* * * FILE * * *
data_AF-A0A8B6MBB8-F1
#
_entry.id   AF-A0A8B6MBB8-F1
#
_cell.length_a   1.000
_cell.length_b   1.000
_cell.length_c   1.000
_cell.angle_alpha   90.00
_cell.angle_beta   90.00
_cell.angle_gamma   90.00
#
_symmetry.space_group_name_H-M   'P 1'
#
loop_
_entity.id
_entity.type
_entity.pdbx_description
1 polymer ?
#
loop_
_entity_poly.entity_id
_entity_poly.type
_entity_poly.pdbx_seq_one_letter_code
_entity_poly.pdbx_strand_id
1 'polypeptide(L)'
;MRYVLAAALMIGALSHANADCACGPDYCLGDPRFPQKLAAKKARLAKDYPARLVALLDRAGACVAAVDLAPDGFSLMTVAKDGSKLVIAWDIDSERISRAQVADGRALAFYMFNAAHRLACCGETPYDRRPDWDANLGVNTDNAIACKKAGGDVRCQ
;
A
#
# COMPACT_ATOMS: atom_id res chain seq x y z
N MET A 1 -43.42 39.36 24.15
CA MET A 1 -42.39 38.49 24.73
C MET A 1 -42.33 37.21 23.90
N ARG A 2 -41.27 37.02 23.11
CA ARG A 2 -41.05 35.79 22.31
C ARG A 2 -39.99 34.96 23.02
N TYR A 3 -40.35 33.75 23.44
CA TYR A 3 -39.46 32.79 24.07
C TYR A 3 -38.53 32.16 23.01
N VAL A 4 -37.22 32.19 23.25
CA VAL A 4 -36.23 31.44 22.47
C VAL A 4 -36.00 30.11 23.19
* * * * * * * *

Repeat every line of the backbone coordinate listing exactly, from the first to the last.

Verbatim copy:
data_AF-A0A8B6MBB8-F1
#
_entry.id   AF-A0A8B6MBB8-F1
#
_cell.length_a   1.000
_cell.length_b   1.000
_cell.length_c   1.000
_cell.angle_alpha   90.00
_cell.angle_beta   90.00
_cell.angle_gamma   90.00
#
_symmetry.space_group_name_H-M   'P 1'
#
loop_
_entity.id
_entity.type
_entity.pdbx_description
1 polymer ?
#
loop_
_entity_poly.entity_id
_entity_poly.type
_entity_poly.pdbx_seq_one_letter_code
_entity_poly.pdbx_strand_id
1 'polypeptide(L)'
;MRYVLAAALMIGALSHANADCACGPDYCLGDPRFPQKLAAKKARLAKDYPARLVALLDRAGACVAAVDLAPDGFSLMTVAKDGSKLVIAWDIDSERISRAQVADGRALAFYMFNAAHRLACCGETPYDRRPDWDANLGVNTDNAIACKKAGGDVRCQ
;
A
#
# COMPACT_ATOMS: atom_id res chain seq x y z
N MET A 1 -43.42 39.36 24.15
CA MET A 1 -42.39 38.49 24.73
C MET A 1 -42.33 37.21 23.90
N ARG A 2 -41.27 37.02 23.11
CA ARG A 2 -41.05 35.79 22.31
C ARG A 2 -39.99 34.96 23.02
N TYR A 3 -40.35 33.75 23.44
CA TYR A 3 -39.46 32.79 24.07
C TYR A 3 -38.53 32.16 23.01
N VAL A 4 -37.22 32.19 23.25
CA VAL A 4 -36.23 31.44 22.47
C VAL A 4 -36.00 30.11 23.19